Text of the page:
1. This appeal arises out of a suit brought to recover possession of certain zemindari property. The property originally belonged to one Chandan Singh, who died on the 22nd of February 1866. He left him surviving a widow, named, Musammat Jasodha Kunwar, and throe sons of a daughter, named, Gulab Kunwar. There was also a lady named Mohun Kunwar. Plaintiffs Nos. 1 and 2 are her sons. The third plaintiff is a transferee from these sons, evidently a person who has taken a transfer and is financing the litigation. Mohun Kunwar, it is alleged by the plaintiffs, was also a daughter of Chandan Singh but this is challenged by the appellants who say she was illegitimate. Gulab Kunwar pre-deceased Jasodha Kunwar, and Jasodha remained in possession of the property as the widow of Chandan Singh up to her death which took place on the 16th of February 1872. After the death of Jasodha, the property apparently was taken possession of by the collateral heirs of Chandan Singh. A suit was instituted by Jawahir and others, the sons of Gulab Kunwar, to recover possession of the property, and after some litigation a decree for possession was obtained. Mohun Kunwar, who, of course, would have been entitled to the property in priority to the sons of Gulab Kunwar, assuming her to be the legitimate daughter of Chandan Singh, apparently lay by and took no part in the litigation. She apparently was not recognised by the sons, nor did she put forward any claim on her own behalf. After the property had been recovered, however, some claim must have been put forward by or on behalf of Musam. mat Mohun Kunwar, because in the year 1876 we find that a submission to arbitration was entered into between Musammat Mohun Kunwar on the one part and the sons of Gulab Kunwar on the other. This submission to arbitration recited that there were disputes between Musammat Mohun Kunwar and the sons of Gulab Kunwar in regard to the property of Chandan Singh in respect of which a decree had lately been obtained and (he parties submitted their differences to arbitration with a view to have their disputes settled. The nature of the dispute does not appear, and we think that if there was any question as to the legitimacy of Musammat Mohun Kunwar, it is probable the matter would be set forth vaguely as a dispute and would not be directly referred to. An award was made giving to Musammat Mohun Kunwar four villages, in value about one-seventh of the property. The rest of the property was given to the sons of Gulab Kunwar and one Bal Makund, who had been a co-plaintiff with them in their successful suit to recover possession of the property. This award was made a rule of Court. Ever since, until this suit was instituted, possession has gone in accordance with this award. It cannot be urged we think that Musammat Mohun Kunwar was tricked or induced to sign the submission to arbitration and an award knowing nothing about it. She was probably a par-danashin lady and illiterate, but we find that her husband was her general attorney and he singed her name on the award as such. A son of Mohun Kunwar, who was evidently of full age, identified her at the registration of the power-of-attorney to the father. As a matter of fact, Musammat Mohun Kunwar lived until the 17th of October 1908. The award has been acted upon ever since. On the death of Musammat Jasodha and after the property had been recovered by the sons of Gulab, if there had been no question as to the title of Musammat Mohun Kunwar, she would have been entitled to immediate possession of the entire property during her life, and on her death, her sons, as the daughter's sons of Chandan Singh, would also have been entitled to share in the estate with their cousins. Therefore, not only was it the interest of Mohun Kunwar that she should get the property if she was entitled to it in the year 1876 but it was also the interest of her husband and her sons. She, no doubt, would be the legal owner but for all practical purposes, they would share at least equally with her the benefit and profits of the estate. From the year 1876 up to the time of the institution of the present suit, the award has never been challenged, either by Musammat Mohun Kunwar herself or by any one of her four sons. There are two sets of defendants to the present suit: First, the transferees from the sons of Gulab Kunwar of the property which they acquired under the award, and secondly, transferee from Mohan Kunwar herself of the property which was allotted to her. The Court below has decreed the plaintiffs' claim in respect of all the property which was alienated by the sons of Gulab Kunwar. It also has decreed the claim for such of the property as was alienated by Musammat Mohun Kunwar in the alienation of which her sons did not join or in respect of which legal necessity for alienation was not proved.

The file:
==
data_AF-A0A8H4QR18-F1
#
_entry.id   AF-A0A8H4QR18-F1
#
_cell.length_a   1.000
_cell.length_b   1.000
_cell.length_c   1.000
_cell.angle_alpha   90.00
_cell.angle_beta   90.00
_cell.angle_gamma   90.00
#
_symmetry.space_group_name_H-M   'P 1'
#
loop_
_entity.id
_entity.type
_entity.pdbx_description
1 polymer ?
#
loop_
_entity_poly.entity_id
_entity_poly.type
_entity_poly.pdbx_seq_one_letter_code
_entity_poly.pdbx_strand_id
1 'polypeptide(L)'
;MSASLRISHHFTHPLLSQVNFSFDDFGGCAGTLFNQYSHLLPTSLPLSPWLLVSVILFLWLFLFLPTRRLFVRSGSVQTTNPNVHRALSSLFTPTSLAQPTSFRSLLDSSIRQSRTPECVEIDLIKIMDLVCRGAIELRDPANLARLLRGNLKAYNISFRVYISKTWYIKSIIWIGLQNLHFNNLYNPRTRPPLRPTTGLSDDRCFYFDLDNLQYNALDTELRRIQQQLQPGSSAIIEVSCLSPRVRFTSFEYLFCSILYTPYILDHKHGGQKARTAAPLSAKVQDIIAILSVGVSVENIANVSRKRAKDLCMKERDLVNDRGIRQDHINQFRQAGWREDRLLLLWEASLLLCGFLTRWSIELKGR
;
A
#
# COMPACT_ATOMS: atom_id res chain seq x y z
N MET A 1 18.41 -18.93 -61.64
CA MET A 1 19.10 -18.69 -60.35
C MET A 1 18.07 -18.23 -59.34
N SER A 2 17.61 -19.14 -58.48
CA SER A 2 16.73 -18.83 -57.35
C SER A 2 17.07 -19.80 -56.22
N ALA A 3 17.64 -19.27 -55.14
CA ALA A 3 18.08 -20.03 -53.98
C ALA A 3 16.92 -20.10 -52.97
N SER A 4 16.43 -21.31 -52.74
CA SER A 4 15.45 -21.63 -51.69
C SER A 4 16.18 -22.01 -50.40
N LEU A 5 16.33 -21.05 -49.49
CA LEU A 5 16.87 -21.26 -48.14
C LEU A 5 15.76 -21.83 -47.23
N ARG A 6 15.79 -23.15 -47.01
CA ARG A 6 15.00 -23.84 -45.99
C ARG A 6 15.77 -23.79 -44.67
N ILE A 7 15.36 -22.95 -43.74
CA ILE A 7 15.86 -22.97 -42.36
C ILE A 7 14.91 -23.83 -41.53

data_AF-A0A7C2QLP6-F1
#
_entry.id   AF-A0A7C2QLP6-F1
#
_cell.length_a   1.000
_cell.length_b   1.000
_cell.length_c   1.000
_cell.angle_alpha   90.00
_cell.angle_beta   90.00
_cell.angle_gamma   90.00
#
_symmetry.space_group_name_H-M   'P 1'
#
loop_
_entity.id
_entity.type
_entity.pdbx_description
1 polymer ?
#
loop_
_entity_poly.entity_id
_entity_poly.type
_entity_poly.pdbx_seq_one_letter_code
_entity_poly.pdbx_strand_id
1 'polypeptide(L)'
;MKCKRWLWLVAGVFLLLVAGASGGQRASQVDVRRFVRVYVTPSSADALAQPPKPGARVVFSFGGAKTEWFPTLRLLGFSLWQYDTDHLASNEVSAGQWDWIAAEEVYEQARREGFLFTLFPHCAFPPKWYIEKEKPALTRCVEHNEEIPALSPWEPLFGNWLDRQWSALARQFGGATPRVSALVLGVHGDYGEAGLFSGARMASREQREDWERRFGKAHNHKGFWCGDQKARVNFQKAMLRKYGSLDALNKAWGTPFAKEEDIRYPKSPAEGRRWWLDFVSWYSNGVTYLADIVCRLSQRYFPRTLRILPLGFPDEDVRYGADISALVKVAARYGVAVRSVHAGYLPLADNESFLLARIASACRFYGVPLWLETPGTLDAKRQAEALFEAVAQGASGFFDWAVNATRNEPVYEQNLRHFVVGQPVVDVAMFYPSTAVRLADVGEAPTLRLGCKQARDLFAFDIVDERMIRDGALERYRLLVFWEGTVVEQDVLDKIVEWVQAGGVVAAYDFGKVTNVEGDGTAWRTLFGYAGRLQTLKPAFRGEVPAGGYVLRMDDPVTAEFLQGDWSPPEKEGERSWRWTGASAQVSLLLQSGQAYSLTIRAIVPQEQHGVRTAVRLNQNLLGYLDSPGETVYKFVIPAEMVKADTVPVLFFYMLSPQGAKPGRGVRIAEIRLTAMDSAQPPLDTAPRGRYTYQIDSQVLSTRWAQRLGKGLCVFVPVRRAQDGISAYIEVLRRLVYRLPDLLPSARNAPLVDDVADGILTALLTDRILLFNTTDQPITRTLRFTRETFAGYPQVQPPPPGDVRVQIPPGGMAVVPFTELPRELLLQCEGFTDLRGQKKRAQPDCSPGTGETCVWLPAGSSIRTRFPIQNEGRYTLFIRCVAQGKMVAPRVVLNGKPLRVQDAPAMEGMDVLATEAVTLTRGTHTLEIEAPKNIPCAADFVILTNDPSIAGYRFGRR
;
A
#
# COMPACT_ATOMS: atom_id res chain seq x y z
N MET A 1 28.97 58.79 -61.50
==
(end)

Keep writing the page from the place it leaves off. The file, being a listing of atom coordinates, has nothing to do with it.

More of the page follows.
2. The defendants have appealed against the decrees for possession in this and some of the connected appeals. The plaintiff has also preferred an appeal in respect of so much of the claim as was dismissed.